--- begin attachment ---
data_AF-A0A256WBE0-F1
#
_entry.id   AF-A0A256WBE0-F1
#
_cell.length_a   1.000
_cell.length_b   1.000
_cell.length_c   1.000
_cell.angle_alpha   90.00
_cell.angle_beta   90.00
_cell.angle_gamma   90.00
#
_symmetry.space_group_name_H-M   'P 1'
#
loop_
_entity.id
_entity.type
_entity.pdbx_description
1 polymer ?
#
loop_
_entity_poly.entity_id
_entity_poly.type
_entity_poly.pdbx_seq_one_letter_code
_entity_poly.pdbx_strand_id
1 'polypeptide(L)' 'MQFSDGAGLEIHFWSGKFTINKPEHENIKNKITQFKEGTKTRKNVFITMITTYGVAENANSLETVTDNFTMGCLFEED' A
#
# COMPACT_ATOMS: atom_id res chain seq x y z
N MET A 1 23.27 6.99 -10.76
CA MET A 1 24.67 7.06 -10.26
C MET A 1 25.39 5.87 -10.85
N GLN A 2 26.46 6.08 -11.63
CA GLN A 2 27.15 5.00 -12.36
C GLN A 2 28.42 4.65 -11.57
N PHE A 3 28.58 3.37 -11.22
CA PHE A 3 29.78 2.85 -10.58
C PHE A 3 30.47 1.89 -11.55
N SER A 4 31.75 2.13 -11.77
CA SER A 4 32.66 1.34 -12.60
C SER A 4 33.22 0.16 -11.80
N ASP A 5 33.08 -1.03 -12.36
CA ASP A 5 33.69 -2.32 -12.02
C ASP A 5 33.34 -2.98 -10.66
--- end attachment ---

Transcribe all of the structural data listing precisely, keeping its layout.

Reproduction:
data_AF-A0A256WBE0-F1
#
_entry.id   AF-A0A256WBE0-F1
#
_cell.length_a   1.000
_cell.length_b   1.000
_cell.length_c   1.000
_cell.angle_alpha   90.00
_cell.angle_beta   90.00
_cell.angle_gamma   90.00
#
_symmetry.space_group_name_H-M   'P 1'
#
loop_
_entity.id
_entity.type
_entity.pdbx_description
1 polymer ?
#
loop_
_entity_poly.entity_id
_entity_poly.type
_entity_poly.pdbx_seq_one_letter_code
_entity_poly.pdbx_strand_id
1 'polypeptide(L)' 'MQFSDGAGLEIHFWSGKFTINKPEHENIKNKITQFKEGTKTRKNVFITMITTYGVAENANSLETVTDNFTMGCLFEED' A
#
# COMPACT_ATOMS: atom_id res chain seq x y z
N MET A 1 23.27 6.99 -10.76
CA MET A 1 24.67 7.06 -10.26
C MET A 1 25.39 5.87 -10.85
N GLN A 2 26.46 6.08 -11.63
CA GLN A 2 27.15 5.00 -12.36
C GLN A 2 28.42 4.65 -11.57
N PHE A 3 28.58 3.37 -11.22
CA PHE A 3 29.78 2.85 -10.58
C PHE A 3 30.47 1.89 -11.55
N SER A 4 31.75 2.13 -11.77
CA SER A 4 32.66 1.34 -12.60
C SER A 4 33.22 0.16 -11.80
N ASP A 5 33.08 -1.03 -12.36
CA ASP A 5 33.69 -2.32 -12.02
C ASP A 5 33.34 -2.98 -10.66